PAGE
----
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HCMF 2016: Walking with Partch, Klangforum Wien + Arditti Quartet

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From queries to plings: following an opening night that raised more questions (and objections) than its respective composers perhaps intended, Saturday night at HCMF moved emphatically in the direction of the epic. Not simply in terms of duration, although that was certainly a factor: Claudia Molitor‘s 60-minute Walking with Partch, the world première of which was performed by members of Ensemble Musikfabrik, didn’t simply justify its duration but absolutely required it. Using a few of the ensemble’s fabulous recreations of Harry Partch’s microtonal instruments, the piece unfolds at a pace that allows everything, both the assortment of instrumental interactions and also the sounds themselves, time to speak, to resonate and to be considered. From the start, sporadic material from various players mixed with electronic textures, there was a clear sense of timbral connectivity, elements of imitation that later became more substantially worked into fully-fledged dialogues, usually but not always in the form of duos. While a great deal of Walking with Partch sounds like the product of structured and/or partially pre-planned improvisation, there were times when a broader impetus dominated the ensemble, such as when a strange triple metre initiated a kind of grotesque dance comprising distorted and contorted lines, or a later brass and bass clarinet trio that sounded like a disintegrated chorale. Read more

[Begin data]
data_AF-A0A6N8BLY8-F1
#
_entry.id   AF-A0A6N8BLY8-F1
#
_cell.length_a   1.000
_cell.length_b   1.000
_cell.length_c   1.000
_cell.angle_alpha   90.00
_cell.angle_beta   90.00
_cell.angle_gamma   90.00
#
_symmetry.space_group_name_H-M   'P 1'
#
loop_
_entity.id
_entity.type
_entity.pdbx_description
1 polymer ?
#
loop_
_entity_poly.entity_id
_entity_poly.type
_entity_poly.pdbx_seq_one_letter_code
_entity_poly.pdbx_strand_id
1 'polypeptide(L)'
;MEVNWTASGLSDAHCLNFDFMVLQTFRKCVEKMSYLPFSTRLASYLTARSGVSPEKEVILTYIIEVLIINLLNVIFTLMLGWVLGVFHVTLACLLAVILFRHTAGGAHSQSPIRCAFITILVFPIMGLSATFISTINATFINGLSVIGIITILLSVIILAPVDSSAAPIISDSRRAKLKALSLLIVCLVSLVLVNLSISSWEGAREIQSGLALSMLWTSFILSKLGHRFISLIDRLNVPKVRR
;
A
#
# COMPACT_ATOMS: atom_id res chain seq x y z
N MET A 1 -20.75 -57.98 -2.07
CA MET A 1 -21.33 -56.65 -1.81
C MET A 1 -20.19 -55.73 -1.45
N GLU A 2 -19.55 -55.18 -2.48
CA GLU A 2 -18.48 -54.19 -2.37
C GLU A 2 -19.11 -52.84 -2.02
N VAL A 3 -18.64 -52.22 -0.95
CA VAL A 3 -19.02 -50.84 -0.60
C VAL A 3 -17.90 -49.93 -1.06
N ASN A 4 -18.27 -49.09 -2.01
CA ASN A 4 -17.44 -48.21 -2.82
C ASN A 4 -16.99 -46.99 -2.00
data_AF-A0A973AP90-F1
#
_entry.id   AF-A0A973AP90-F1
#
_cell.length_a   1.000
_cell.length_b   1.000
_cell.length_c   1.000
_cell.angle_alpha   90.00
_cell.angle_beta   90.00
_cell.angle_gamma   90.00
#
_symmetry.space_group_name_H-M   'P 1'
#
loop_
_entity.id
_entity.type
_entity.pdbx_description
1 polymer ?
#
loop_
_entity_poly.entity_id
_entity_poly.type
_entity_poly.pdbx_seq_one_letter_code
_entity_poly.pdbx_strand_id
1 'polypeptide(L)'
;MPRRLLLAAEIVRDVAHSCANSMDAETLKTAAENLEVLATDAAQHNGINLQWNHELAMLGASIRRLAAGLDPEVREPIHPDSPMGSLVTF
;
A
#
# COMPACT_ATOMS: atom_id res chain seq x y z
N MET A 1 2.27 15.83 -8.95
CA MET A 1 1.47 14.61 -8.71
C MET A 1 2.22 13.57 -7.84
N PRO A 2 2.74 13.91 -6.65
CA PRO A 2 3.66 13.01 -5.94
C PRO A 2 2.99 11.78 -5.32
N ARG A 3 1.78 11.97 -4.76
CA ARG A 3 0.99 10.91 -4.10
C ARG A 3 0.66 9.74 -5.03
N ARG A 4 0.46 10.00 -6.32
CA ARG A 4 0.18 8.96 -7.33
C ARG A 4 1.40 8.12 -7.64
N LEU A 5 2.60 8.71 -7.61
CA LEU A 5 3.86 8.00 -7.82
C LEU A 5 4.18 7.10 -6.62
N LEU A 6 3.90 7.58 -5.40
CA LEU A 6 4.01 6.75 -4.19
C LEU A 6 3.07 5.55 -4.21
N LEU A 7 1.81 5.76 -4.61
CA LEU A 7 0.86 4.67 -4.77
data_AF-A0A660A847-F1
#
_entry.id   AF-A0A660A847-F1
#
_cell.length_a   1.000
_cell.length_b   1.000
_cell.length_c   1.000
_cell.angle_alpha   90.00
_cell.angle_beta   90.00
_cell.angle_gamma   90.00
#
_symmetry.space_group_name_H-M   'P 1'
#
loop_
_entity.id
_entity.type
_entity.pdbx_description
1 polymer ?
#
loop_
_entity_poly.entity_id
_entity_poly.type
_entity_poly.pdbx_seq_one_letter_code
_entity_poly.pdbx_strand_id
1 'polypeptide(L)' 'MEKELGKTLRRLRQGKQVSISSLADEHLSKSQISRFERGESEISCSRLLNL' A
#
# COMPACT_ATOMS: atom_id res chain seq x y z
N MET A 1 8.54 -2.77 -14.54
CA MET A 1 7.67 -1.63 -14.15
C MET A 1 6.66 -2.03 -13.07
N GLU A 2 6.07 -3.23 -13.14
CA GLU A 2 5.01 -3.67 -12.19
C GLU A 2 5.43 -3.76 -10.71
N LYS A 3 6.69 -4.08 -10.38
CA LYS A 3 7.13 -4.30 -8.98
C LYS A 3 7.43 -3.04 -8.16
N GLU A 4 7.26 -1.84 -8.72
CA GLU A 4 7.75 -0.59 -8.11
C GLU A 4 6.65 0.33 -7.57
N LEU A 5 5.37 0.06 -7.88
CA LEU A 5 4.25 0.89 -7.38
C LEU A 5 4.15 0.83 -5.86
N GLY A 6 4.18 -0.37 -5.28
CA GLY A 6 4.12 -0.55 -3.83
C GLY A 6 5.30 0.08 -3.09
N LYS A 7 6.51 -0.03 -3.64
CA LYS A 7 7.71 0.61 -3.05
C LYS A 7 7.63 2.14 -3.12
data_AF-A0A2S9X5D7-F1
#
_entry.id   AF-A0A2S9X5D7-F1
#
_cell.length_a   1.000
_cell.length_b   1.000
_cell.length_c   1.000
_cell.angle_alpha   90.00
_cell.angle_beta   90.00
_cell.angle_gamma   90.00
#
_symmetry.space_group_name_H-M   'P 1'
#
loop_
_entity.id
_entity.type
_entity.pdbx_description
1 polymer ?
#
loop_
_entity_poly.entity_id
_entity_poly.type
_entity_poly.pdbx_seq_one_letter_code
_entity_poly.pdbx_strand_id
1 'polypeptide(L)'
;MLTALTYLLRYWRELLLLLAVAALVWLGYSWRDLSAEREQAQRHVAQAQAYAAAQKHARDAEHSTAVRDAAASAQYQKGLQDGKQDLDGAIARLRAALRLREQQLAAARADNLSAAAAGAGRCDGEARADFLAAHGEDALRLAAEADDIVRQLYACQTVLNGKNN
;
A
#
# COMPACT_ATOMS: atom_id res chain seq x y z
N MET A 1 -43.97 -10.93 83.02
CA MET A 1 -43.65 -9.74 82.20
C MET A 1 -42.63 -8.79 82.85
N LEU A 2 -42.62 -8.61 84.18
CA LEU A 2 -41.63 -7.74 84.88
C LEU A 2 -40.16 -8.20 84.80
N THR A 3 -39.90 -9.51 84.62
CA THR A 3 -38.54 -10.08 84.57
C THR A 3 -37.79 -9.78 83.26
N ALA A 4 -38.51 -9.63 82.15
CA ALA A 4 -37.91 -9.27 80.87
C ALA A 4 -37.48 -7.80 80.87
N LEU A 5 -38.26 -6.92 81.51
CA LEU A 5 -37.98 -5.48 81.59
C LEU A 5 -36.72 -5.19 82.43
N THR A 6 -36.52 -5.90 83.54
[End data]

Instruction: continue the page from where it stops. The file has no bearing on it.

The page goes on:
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Rebecca Saunders – Void (World Première)

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To bring my Lent Series to an end, i’ve chosen a work rather fitting to the general atmosphere of Easter Eve, Rebecca SaundersVoid, for two percussionists and chamber orchestra. Saunders was recently awarded the 2015 Mauricio Kagel Music Prize, for composers who, among other things, “are forever in search of new forms of artistic expression and explore new aspects of musical reception”; it’s a description that aptly summarises Saunders’ music in general, and Void in particular. The work bears a few familiar hallmarks, beginning with a typically allusive single-word title, allusions that once again find the beginnings of their articulation in the writings of Samuel Beckett. On this occasion, Saunders’ inspiration comes from the last of Beckett’s tortuous Texts for Nothing; the text doesn’t actually include the word ‘void’, although it would seem to be an implicit omnipresence behind the breathless monologue, which, in reference to a ‘voice’, bears resonances with Saunders’ earlier work, not least her 2006 ensemble work a visible trace: